Hoopla

 

Patty Seyburn

 

 

When it rains in this uncharacteristic fashion,

certainly a billion drops devoting their brief spans

 

to the scouring of my property – such generosity! –

I cannot help wonder how many people are enough

 

at a funeral procession. Rabbi Samuel Bar Ini said

in the name of Ravi: twelve thousand men

 

and six thousand trumpets. But marching bands

wear such big shoes, and it’s hard to find a phalanx

 

of horns these days – how many did Joshua use

to dismantle the architecture of Jericho?

 

Ulla said: as many as, say, would form

a continuous line from the city to the grave.

 

Not far from my mother’s grave at 8 Mile and Woodward

at Machpelah, named for where Sarah, the first gorgeous

 

matriarch was buried, lies my cousin Dora, whose leg

was amputated and her dad bought her a motorcar

 

but still she died, the Angel of Death unappeased

by the leg. He is not fooled by synecdoche:

 

the part standing in for the whole, but I am a fan

of fraction, a little at a time and so stick my toe out

 

before submitting my ankle and the rest

of the torrent, before I shake my fist

 

at the heavens: is this the best you can do?

I make the firmament weeps with mirth,

 

diffusing certain tensions, since God and I

have put on the gloves more than once.

 

Always, I carry the sense of nextness in my pockets

and I rub it like an amulet worn to ward off

 

meter-reader, holy roller, dwarf and prince –

those who want an exchange of goods and services.

 

Now I’m only sorry I do not know more

people well. It would have taken a regular spot

 

at a bar where hard-boiled eggs live in a jar

and peer out as if to say, what are you looking at?

 

My procession will be meager, so I will hire

professionals – even the poorest man in Israel

 

should provide for his wife’s funeral not less than

two flutes and one hired keener. I will instruct them

 

to cluck as though they knew my measures, how well

I liked the sound of sibilance at dusk, and the way

 

I cleaned a gutter until it shone so the water

could flee through it freely, as though pursued

 

by bears, to its proper end. I want the suit and dress

in tatters of remorse before they eat their fill –

 

feast of dairy or tender sliced meats or altogether

trayf?you choose, you’re paying – at the house of shivah,

 

where they should never get enough of those stories

that reveal my true nature – the one about pudding

 

and performance art, the one where I get mugged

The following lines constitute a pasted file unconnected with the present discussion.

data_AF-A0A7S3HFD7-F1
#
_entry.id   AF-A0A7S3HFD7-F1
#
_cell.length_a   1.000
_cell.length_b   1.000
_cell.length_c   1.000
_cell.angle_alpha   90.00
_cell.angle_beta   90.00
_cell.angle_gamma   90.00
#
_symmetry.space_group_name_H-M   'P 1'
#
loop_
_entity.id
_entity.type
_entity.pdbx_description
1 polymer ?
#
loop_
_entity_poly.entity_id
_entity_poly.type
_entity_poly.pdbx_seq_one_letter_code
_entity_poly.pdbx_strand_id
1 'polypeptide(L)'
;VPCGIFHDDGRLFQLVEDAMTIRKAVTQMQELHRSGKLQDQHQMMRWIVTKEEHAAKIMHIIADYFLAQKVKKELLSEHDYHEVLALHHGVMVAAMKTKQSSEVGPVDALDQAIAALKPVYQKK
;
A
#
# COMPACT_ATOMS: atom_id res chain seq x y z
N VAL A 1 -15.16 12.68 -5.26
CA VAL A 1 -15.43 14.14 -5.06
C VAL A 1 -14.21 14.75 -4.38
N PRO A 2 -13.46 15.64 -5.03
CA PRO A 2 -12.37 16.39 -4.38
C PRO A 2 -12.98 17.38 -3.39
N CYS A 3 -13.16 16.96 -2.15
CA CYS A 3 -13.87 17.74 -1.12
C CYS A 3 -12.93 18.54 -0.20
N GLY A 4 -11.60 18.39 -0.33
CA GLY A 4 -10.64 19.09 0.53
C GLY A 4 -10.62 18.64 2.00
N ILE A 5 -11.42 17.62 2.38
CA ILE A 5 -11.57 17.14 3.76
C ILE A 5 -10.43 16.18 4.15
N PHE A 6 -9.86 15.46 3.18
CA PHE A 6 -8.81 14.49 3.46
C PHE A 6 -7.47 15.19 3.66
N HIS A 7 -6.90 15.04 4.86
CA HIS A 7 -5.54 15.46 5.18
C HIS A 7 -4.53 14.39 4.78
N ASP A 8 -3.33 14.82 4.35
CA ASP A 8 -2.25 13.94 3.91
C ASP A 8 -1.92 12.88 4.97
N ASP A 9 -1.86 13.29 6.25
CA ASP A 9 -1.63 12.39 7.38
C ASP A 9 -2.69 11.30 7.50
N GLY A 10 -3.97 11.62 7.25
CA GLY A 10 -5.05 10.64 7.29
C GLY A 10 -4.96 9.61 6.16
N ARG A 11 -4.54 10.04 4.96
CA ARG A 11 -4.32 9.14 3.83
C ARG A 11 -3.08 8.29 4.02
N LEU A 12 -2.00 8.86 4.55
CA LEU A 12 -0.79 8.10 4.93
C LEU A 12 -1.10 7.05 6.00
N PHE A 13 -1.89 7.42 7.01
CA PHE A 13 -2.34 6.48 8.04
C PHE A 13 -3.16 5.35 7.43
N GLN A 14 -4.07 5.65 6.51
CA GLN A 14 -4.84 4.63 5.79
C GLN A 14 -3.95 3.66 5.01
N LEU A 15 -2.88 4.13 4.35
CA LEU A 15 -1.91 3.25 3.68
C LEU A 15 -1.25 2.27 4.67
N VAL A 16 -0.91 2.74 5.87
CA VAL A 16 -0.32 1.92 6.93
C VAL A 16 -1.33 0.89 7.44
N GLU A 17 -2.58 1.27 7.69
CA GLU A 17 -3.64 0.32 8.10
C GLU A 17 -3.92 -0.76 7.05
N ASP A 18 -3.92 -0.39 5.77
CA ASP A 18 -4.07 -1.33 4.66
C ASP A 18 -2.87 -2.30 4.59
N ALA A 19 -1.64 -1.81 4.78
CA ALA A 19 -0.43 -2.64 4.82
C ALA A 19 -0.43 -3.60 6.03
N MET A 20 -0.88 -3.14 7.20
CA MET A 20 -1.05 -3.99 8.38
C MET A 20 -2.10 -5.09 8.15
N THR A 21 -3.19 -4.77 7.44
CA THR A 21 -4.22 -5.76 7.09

by an off-duty security guard – and though no one

 

should sing or lift the piano’s lid, I’d like to hear

a little niggun, one of those wordless melodies

 

where God should fill in the meaning and the rain

says, aw, hell, I’m going back to my house

 

for a little pathetic fallacy – the lady is dead, people!

Can’t you work up a slump, some staring off into

 

a meaningless distance? But the mourners have

such a good time they tell my loved ones,

 

this one’s on the house, the most extravagant cast

of extras since Moses’s minions exited stage right

 

into the Sea of Reeds, lamenting the perils

of monotheism as starfish grinned up

 

at the great line waiting to cross over into only-

God-knows-what, for-how-long- and what-for

 

and because they are history and we are

unpardonably late to the scene, roads slick

 

with hindsight, the rain mutters beauty, beauty,

and soon, we are soaked in it.

 

 

Long Distance

 

My mother calls me for the first time from the afterlife.

I am pleased to hear her voice, her tough-broad, film noir syntax, her old-world

dubious tone.

It’s not so great here, she says.

She must have run into my Aunt Toots.

 

The Talmud says, Better one hour there than a lifetime here and better one hour here

than a lifetime there.

I hope the Angel of Death knows: you cannot silence my mother.

Steal her breath, still her tongue, sew shut her lips, export her soul – it’s no use.

The pencil-chewing, beehived operators of the cosmos will always put through

her calls.

 

When she calls again, I will tell her how beautifully the cantor sang at her funeral,

how much we praised her, how many people attended.

It was a cast of millions.

There were a dozen limos.

She will know I am lying.

She raised me to be a bad liar.

 

We prefer doing things we’re good at.

I am a fine dweller on subjects that sadden me.

The whistles and bells of remorse and mortality are my stock-in-trade.

I am a serviceable alto, though I should never be given a solo.

The Talmud says, It would be nice if you had a point.

 

This is my problem, of late: all lines, some planes, no points.

I am expansive and linear, but cannot reach a conclusion.

I tell my mother, the world is full today.

A hummingbird hovers near my voice.

I wonder if it will fly in and release my vocal chords from the burden of service.

 

What would I do, could I not speak?

 

I was raised to sit eighth-row center and comb the clearance rack, to fear the law and

eat canned peas, to excel.

It served me well, give or take.

My mother asks, do you have any coins in your pocketbook?

When I was young, she forbade long distance calls.

They were for rich people.

The middle class spoke locally.

 

Ma, don’t go.

I rummage around in my pockets, wallets and change-purse, plunge my hands into

the couch’s seams.

No luck in Mudville.

My mother hums, “Mean to Me” with a little vibrato.

My mother says, they want me to get on a bus.

 

 

 

 

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© 2007 Women in Judaism, Inc.



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